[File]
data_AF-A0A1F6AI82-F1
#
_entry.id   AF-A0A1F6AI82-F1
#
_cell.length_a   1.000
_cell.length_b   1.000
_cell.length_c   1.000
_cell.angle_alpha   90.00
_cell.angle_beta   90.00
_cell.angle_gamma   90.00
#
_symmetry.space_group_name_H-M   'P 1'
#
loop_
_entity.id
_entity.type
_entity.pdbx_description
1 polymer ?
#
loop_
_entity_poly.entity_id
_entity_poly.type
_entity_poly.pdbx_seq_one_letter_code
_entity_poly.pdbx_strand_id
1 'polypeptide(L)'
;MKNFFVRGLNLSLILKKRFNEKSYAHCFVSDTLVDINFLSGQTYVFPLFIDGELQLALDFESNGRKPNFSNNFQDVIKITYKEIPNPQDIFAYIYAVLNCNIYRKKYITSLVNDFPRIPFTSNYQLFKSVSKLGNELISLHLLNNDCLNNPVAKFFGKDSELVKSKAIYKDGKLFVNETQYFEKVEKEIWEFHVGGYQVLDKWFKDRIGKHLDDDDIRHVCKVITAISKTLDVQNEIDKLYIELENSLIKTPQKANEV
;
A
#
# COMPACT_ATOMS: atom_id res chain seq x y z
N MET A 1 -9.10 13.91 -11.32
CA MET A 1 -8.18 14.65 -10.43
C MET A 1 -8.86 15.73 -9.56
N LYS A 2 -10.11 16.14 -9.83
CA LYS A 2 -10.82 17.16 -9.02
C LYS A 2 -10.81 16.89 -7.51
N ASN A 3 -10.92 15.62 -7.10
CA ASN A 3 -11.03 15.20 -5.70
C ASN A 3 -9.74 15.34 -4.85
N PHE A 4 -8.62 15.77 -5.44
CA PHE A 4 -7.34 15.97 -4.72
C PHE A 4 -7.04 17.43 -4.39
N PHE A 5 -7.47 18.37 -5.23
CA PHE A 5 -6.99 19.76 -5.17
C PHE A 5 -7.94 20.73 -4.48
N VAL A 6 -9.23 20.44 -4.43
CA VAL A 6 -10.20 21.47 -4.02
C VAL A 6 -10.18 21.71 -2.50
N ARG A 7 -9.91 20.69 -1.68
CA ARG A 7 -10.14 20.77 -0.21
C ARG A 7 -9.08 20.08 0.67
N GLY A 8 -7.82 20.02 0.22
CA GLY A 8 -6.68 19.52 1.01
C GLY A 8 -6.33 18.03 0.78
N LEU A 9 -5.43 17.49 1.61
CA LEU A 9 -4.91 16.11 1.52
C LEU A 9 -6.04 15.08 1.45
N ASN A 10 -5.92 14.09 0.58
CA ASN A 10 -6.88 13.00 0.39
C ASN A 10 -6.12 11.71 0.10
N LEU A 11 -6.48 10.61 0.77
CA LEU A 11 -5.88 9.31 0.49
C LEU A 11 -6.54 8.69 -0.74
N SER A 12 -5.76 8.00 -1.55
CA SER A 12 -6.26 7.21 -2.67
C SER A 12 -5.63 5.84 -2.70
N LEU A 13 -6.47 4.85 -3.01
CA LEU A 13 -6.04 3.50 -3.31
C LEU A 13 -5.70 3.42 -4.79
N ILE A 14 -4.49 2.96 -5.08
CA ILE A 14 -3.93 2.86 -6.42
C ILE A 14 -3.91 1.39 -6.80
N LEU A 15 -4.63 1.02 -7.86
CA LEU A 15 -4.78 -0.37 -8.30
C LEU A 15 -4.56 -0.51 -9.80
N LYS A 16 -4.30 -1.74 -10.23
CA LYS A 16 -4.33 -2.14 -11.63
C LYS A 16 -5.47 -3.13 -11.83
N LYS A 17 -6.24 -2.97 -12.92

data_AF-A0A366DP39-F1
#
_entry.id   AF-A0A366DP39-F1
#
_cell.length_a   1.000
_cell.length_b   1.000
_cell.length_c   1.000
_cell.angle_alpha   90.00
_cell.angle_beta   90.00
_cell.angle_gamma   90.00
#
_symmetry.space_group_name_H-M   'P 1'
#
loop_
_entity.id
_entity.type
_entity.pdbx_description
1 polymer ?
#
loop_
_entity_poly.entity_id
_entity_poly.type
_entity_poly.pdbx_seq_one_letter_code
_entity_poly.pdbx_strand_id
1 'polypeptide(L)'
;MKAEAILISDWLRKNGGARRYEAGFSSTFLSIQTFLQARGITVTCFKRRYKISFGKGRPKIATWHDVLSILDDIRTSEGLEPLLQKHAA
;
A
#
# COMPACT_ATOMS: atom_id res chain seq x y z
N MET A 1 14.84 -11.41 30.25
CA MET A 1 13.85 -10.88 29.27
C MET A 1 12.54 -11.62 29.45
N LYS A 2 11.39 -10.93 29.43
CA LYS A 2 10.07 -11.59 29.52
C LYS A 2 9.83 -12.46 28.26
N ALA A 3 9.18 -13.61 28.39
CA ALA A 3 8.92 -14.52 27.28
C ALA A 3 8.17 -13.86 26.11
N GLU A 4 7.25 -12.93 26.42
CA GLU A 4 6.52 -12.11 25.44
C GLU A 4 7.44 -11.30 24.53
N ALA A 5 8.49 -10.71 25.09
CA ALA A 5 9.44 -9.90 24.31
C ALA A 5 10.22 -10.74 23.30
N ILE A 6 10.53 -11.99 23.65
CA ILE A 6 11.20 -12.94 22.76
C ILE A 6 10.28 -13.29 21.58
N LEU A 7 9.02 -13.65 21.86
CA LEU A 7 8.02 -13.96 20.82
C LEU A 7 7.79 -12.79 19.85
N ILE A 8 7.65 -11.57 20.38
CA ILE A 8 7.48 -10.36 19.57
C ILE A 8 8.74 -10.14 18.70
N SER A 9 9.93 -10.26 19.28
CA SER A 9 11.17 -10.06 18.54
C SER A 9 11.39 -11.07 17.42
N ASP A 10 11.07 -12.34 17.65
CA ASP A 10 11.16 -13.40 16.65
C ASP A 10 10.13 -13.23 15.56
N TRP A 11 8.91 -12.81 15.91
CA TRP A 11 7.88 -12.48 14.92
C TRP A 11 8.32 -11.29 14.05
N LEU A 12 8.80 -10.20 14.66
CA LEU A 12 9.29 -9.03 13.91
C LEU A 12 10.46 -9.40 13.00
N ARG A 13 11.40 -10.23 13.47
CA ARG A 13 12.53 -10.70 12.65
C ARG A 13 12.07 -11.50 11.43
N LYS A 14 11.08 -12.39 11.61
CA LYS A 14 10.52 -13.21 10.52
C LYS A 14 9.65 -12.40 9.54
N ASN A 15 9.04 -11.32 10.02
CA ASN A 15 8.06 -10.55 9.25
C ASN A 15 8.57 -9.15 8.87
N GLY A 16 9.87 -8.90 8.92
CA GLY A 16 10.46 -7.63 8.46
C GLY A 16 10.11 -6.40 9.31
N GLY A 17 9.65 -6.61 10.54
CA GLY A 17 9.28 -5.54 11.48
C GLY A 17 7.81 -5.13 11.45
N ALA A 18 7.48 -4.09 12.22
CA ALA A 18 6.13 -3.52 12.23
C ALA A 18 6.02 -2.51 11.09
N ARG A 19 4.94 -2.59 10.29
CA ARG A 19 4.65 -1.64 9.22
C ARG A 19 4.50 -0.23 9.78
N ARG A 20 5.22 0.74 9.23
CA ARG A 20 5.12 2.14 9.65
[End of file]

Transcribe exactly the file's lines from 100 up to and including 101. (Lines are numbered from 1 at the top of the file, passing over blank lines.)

_entity_poly.entity_id
_entity_poly.type